ABC News' Amy Bingham reports:
At 39 percent, the United States has the highest corporate tax rates in the world. In Britain and Canada the government collects just 28 percent of corporate profits and in Ireland companies get away with a rate as low as 12.5 percent.
In a rare moment of consensus on Capitol Hill Wednesday, both Democrats and Republicans on the Senate Finance Committee agreed that in order for America to remain globally competitive against these lower rates, Congress must make drastic reforms to the tax code.
“If we're going to be competitive, we've got to get in the game,” said Finance Committee member Sen. Kent Conrad, D-ND. “Our tax code was designed at a time when we did not have to worry about the competitive position of the United States. I don’t think anybody, if they were going to sit down and devise a tax code for the United States in 2011 or 2012, would come up with one that looked anything like this one.”
Four CEOs from some of America’s largest corporations agreed. In their testimony the heads of Walmart, Kimberly-Clark, CVS Caremark and PMC-Sierra each emphasized that Congress needs to overhaul the entire system to encourage companies to invest in America and create jobs at home.
The devil, though, is in the details.
The United State’s corporate tax system is an intricate web of loopholes, tax breaks and investment incentives.
For example, tax breaks for research and development saved companies $8 billion in taxes this year and an incentive to encourage domestic investment in machinery and equipment eliminated almost $40 billion from the federal coffers.
Thomas Falk, the CEO of Kimberly-Clark — a Fortune 25 company that produces health and hygiene products such as Kleenex and Depends — said he would give up his company’s research and manufacturing tax breaks in favor of a lower overall rate.
Falk said many companies make investment decisions based on the marginal, or overall, rate, so lowering that rate would increase companies’ ability to invest and create more jobs.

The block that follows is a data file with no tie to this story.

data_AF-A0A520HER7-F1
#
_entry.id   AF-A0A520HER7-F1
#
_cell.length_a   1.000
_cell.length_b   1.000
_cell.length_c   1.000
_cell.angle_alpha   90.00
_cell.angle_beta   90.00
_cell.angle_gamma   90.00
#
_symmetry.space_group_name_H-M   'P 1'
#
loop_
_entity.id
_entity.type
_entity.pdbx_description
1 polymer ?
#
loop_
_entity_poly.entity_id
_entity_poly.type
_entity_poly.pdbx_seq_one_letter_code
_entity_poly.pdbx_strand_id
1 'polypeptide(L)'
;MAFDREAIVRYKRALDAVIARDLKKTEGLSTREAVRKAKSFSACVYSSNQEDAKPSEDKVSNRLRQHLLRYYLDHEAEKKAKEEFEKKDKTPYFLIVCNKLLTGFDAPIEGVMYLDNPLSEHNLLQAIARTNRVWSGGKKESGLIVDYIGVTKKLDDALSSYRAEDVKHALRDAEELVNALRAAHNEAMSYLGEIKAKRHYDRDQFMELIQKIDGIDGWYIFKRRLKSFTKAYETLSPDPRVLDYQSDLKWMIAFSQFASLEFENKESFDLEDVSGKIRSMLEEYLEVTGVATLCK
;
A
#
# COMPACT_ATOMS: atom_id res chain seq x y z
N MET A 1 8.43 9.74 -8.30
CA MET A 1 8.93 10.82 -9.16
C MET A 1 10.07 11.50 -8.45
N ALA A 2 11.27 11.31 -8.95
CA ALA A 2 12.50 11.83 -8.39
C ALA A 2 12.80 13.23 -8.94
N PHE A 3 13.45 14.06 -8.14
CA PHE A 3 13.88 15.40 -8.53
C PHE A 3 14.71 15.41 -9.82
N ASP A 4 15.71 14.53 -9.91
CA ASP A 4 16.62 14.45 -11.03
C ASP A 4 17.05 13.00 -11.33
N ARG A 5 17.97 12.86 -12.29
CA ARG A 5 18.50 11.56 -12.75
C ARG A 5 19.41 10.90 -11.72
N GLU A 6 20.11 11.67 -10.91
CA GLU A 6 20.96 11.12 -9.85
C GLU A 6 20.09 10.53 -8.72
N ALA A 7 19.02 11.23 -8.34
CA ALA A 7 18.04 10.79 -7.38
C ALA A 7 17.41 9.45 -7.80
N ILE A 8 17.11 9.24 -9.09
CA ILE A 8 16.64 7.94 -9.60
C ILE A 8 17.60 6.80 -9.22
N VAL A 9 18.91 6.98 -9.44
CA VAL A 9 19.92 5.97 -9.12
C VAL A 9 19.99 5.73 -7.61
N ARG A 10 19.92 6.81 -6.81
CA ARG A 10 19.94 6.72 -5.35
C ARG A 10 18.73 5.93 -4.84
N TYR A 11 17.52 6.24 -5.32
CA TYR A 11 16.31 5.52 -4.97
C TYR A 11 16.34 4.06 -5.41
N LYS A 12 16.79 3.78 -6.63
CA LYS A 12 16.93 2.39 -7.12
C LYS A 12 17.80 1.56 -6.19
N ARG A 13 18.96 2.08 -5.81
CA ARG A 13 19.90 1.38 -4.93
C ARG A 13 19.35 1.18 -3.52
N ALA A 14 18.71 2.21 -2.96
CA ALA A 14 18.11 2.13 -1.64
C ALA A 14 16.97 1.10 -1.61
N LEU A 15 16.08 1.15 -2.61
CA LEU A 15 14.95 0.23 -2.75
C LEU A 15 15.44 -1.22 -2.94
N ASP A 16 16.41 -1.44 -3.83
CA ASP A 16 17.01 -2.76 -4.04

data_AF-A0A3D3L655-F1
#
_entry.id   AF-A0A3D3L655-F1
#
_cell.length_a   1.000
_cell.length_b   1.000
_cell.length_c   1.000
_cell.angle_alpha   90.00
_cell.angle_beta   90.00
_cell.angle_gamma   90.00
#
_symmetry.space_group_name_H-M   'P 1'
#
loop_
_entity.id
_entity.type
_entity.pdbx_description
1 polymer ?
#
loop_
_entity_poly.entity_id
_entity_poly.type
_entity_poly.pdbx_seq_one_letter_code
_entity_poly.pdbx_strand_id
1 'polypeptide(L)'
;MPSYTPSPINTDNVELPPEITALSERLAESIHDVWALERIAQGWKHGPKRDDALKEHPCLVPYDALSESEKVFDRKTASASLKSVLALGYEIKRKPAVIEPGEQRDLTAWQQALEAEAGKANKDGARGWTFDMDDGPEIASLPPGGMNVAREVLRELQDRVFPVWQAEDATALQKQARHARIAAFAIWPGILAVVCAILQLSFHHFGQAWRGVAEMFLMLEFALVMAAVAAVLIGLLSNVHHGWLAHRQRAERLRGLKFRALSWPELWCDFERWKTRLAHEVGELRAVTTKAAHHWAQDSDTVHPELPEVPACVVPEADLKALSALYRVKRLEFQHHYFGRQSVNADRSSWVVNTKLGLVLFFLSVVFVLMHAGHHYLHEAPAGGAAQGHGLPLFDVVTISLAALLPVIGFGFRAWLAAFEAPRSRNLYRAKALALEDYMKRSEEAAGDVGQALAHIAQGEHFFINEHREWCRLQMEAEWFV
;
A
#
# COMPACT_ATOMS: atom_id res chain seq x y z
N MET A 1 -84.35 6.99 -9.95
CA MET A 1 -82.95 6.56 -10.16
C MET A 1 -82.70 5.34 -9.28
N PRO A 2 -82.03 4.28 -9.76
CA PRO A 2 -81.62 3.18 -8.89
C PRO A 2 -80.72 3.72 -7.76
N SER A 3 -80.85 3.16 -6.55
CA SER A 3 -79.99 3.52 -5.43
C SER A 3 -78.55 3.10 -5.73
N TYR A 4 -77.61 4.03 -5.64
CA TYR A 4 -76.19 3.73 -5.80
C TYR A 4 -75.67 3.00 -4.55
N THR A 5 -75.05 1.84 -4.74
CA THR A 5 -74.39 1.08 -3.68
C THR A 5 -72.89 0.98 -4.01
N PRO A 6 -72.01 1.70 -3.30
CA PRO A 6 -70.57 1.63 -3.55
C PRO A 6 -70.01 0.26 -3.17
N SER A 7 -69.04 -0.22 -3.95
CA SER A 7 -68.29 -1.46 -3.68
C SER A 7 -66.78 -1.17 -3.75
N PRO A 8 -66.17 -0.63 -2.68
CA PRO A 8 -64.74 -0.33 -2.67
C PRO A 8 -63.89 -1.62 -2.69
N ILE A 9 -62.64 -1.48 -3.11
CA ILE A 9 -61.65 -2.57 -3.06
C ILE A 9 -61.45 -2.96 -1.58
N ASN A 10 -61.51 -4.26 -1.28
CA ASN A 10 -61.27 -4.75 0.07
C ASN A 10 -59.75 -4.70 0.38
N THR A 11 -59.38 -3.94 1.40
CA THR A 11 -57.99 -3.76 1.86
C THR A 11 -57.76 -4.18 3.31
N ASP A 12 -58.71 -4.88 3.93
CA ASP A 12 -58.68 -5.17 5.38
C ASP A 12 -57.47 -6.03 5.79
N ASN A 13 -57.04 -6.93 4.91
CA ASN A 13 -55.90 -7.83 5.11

Walmart CEO Mike Duke cautioned that tax reform must not only lower the overall rate, but also revise the loopholes and address how foreign profits are taxed and brought back into the country.
“Comprehensive reform means willingness to put everything on the table including incentives,” he said.
But it is much easier to talk about cutting incentives than to actually eliminate them as there are a host of corporate lobbyists whose job it is to create and protect such loopholes.
"Boy, you're going to be stepping on some sensitive toes when you get rid of all those special tax breaks," said committee member Sen. Bill Nelson, D-Fla.
For example, just within the four-member panel there was disagreement over what the lowered tax rate should be. Falk suggested dropping the rate to 25 percent and eliminating most of the tax breaks.
But Gregory Lang, CEO of the technology corporation PMC-Sierra, said 25 percent still would not be competitive against China or India where most technology manufacturing is located and the tax rates are only 15 to 17 percent.
With the unemployment rate still hovering around 9 percent and the debt ceiling crisis threatening to rock the country’s financial system, Falk said the climate is right to push the tough pill of comprehensive tax reform through Congress.
“Our nation is facing a crisis and in a crisis you can get amazing things done. You can drive a lot of change in a short period of time and get things done that once were thought to be impossible,” he said. “I would urge you to be bold and come up with a tax system that makes American companies more competitive.”